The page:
Social Isolation and Loneliness

Even before the threat of COVID-19, the health implications of loneliness and social isolation started to garner attention. Social isolation has been linked with adverse health issues such as depression, poor sleep quality, impaired executive function, accelerated cognitive decline, poor cardiovascular function, and impaired immunity.

When the COVID-19 crisis hit, those serious health issues quickly became all too clear.

Early into the response period, when businesses, schools, churches, and many other social gathering locations were closing to reduce the risk of accelerating the spread of the virus, Episcopal Health Foundation joined several funders and higher education institutions to discuss concerns for individuals’ wellbeing as a result of social isolation.

EHF, St. David’s Foundation, Methodist Healthcare Ministries, The University of Texas, and Texas A&M University all joined in these important discussions. The goal was to determine whether there were existing best practices and/or program models to combat loneliness that relied on non-professional staff and/or volunteers and could be replicated or scaled that could be shared with churches and community organizations so they in turn could help congregants, community members, and neighbors who were suffering alone.

The group had conversations with several organizations and churches that provided critical insight into the work of social isolation:

  • Cigna
  • Interfaith Ministries, Houston
  • AARP Foundation
  • Texas Health Resource Foundation
  • Baker Ripley
  • St. James Episcopal Church, Austin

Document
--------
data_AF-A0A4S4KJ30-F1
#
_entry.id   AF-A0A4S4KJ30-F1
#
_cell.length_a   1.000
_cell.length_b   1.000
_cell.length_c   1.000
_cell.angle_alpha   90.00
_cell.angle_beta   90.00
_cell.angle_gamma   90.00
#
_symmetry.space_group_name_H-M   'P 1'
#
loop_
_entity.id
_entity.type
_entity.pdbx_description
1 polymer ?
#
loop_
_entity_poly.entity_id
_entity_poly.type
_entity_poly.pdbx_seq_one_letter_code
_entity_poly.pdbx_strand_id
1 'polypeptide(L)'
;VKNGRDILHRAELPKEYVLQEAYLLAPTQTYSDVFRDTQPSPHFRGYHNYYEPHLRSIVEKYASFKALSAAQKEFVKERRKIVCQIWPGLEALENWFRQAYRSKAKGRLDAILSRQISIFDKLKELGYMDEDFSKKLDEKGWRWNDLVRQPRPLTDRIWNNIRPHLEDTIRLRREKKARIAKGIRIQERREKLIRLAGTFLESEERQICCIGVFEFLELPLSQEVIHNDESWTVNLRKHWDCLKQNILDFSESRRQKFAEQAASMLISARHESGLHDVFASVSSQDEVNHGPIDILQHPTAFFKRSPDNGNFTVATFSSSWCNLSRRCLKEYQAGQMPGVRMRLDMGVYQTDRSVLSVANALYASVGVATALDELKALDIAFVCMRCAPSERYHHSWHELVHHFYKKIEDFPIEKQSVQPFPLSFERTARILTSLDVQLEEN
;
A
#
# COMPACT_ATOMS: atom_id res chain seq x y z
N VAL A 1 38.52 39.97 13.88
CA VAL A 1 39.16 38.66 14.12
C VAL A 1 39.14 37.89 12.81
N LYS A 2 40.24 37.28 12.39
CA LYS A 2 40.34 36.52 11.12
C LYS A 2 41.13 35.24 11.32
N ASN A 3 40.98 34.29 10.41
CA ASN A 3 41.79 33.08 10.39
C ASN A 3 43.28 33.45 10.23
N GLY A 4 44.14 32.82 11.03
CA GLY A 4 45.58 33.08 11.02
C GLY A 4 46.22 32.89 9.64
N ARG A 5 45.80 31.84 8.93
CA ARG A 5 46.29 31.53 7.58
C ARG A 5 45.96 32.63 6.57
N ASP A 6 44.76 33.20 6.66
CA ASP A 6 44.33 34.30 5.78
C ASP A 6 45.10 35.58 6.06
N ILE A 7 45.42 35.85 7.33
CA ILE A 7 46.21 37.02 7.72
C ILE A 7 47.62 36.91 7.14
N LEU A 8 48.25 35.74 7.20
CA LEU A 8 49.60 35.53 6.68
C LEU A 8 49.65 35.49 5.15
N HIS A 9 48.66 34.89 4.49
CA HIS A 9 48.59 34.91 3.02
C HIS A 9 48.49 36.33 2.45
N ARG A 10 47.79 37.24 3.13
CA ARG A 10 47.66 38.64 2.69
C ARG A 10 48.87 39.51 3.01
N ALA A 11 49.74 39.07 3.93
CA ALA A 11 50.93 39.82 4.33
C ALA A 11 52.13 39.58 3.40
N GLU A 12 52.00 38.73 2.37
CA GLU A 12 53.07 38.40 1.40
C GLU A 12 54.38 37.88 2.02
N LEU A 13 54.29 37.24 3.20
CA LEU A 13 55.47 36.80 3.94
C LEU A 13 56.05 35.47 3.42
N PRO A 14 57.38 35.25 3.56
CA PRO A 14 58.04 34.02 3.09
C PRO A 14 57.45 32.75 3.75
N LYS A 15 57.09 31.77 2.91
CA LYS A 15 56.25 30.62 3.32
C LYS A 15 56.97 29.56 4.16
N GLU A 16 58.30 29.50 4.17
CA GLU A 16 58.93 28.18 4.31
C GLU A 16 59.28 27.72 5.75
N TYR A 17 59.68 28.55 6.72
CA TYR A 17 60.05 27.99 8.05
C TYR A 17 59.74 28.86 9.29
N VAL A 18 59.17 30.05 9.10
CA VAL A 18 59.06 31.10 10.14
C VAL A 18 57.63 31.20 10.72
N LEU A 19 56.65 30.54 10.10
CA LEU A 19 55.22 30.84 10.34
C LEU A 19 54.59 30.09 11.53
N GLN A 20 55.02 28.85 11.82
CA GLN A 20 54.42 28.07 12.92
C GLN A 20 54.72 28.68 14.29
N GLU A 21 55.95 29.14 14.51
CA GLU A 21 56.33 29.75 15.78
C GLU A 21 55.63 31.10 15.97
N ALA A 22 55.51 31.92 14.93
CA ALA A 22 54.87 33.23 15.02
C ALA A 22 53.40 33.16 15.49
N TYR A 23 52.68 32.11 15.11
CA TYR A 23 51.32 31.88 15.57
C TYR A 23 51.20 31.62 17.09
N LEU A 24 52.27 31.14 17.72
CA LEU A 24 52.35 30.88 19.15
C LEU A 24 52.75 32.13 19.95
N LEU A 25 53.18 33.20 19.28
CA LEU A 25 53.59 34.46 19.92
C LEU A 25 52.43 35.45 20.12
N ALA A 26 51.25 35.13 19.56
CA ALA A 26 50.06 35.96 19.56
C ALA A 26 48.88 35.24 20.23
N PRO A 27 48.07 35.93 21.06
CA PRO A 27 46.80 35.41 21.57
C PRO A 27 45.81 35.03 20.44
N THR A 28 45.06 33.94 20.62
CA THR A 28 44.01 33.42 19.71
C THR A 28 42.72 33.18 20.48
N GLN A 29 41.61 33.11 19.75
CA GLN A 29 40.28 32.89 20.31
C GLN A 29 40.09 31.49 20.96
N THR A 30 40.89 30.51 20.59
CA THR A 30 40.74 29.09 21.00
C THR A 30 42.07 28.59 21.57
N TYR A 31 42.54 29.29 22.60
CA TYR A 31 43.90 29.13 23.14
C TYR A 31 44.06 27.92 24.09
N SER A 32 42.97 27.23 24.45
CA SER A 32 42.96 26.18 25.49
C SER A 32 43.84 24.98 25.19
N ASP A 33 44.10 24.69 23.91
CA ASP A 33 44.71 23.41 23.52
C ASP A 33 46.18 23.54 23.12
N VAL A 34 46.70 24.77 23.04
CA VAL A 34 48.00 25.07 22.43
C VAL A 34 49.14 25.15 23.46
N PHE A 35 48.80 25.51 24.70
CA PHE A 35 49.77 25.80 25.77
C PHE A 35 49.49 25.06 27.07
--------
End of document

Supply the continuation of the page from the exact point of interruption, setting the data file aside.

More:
• Calvary Episcopal Church, Bastrop

Additionally, the following sources were essential in the development of the guidelines as they provided context and insight into the need and work being done to address the need.

Researching the effects of social isolation showed a variety of health impacts. An expansive study, conducted in 2019, of more than 580,000 adults found that social isolation increases the risk of premature death for all races for every cause of death. According to the study, social isolation doubled the risk of early death for black participants and increased the risk among white participants by more than 60 percent.

Although these studies are looking at the impact of loneliness on health outcomes in general, what is still unknown is what the overall impact loneliness and social isolation will be on individuals social distancing as a result of COVID-19.

Our discussion group quickly learned that there was no clear understanding of who was doing what in this space. EHF staff researched the landscape, both in terms of issue and geography, to learn more about the work currently being done to address social isolation.

Based on all of the research and disucssions, we identified the following guidelines for organizations that are interested in working to address social isolation:

  1. Keep it simple. Although conversations were had with groups utilizing technology to improve social connectivity, the pandemic impacted their efforts to fully roll-out their program or to scale it to the emerging increase of social isolation due to physical distancing. However, what has remained effective has been maintaining contact and connection through more traditional means, such as letter writing and telephone calls. Although there is certainly room for technology in curtailing social isolation, simple efforts to make contact seem to be a viable solution for groups seeking an accessible and quick way to reach out to those living alone. Some programs use such simple concepts as a phone call and sitting and visiting to check in on people’s wellbeing.